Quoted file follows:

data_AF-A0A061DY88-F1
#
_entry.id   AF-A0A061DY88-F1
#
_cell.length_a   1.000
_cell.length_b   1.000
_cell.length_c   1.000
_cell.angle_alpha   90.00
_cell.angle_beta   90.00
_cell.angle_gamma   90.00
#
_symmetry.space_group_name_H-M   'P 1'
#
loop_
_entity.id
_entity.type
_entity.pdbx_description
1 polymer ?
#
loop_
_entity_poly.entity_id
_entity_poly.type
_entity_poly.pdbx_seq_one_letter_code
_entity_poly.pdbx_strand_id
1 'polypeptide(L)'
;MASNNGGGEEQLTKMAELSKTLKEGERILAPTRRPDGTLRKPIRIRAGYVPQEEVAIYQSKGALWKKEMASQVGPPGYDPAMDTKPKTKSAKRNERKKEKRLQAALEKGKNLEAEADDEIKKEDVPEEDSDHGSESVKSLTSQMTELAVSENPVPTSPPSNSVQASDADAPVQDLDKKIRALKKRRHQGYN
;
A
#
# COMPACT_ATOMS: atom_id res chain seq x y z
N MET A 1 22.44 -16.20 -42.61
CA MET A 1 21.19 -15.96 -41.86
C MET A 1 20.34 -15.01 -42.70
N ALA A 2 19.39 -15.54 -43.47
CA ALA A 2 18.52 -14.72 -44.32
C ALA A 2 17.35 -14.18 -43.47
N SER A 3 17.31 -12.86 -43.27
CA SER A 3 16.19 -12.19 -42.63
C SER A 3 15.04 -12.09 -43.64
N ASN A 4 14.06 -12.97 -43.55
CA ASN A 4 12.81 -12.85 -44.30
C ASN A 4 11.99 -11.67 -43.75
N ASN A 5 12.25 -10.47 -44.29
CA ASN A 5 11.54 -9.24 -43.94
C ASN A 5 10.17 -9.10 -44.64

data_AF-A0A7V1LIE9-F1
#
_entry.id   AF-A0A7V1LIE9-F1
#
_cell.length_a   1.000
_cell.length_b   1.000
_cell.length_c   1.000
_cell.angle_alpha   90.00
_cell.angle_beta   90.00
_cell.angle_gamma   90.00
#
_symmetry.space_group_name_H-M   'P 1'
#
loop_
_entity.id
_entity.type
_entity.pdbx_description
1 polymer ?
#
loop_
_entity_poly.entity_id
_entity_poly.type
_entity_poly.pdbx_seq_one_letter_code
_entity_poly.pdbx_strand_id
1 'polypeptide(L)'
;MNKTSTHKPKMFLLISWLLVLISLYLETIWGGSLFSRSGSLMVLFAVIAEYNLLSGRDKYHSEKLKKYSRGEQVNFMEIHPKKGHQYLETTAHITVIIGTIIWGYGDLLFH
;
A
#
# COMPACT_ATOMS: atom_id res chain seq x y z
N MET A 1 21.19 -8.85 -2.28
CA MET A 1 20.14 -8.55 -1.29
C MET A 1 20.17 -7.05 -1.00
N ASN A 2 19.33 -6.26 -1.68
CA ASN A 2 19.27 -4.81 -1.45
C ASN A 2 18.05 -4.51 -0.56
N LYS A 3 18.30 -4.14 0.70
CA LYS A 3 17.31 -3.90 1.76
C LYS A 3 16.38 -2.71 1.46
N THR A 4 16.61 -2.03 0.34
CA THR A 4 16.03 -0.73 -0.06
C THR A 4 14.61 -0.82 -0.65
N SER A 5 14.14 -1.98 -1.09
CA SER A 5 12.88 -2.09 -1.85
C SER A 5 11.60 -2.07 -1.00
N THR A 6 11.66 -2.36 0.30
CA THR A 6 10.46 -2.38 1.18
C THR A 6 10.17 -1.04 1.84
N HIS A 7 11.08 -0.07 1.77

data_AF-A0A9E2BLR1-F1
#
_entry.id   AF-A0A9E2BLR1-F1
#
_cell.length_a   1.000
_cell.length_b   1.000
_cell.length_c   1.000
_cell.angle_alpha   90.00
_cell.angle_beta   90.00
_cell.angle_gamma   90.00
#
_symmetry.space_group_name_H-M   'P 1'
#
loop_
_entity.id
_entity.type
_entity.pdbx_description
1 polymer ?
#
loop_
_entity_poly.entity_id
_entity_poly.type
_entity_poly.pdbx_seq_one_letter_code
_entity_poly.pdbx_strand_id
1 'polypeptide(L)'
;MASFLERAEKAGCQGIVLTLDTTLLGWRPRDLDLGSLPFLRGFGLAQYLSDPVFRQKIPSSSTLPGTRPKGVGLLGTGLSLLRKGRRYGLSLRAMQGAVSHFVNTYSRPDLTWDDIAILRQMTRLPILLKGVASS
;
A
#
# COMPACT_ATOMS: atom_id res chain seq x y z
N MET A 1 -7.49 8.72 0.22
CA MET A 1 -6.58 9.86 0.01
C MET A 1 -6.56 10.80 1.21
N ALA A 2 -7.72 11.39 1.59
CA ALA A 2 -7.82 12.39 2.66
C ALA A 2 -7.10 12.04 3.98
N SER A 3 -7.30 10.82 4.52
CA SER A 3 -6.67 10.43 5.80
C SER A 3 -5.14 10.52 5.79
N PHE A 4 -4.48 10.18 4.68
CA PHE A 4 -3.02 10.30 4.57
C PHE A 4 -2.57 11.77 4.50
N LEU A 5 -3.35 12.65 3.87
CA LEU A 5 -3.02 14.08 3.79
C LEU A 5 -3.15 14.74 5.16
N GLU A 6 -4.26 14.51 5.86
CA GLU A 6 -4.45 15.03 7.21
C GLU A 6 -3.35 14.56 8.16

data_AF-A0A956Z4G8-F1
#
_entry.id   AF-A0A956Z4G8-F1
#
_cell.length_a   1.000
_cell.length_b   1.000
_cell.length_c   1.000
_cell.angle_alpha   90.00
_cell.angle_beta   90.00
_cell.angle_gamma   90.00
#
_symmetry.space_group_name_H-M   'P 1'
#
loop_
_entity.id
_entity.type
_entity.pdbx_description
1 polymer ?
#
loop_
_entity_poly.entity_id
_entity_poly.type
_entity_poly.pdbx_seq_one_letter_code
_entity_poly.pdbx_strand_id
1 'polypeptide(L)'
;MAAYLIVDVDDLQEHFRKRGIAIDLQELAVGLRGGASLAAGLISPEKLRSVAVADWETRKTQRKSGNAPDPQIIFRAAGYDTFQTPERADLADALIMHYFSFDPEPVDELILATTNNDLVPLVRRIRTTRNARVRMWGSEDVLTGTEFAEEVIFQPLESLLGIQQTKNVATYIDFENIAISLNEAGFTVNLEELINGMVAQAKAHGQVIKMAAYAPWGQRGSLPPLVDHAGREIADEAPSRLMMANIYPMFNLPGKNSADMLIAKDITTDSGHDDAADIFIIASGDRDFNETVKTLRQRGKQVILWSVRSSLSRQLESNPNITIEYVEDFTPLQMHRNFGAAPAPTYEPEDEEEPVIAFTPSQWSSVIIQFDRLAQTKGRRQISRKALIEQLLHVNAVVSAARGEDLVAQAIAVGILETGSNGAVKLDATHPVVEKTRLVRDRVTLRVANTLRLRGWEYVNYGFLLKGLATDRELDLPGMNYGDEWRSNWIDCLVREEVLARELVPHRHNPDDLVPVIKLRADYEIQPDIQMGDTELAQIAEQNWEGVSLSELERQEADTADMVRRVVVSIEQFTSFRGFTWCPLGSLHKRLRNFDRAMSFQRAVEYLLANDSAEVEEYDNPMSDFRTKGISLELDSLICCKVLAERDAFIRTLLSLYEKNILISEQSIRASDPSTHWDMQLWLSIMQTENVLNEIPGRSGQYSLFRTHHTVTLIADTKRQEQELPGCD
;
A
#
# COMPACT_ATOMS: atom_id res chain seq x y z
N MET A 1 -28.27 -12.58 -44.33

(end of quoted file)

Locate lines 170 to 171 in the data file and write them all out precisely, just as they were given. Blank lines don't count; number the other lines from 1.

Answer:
A
#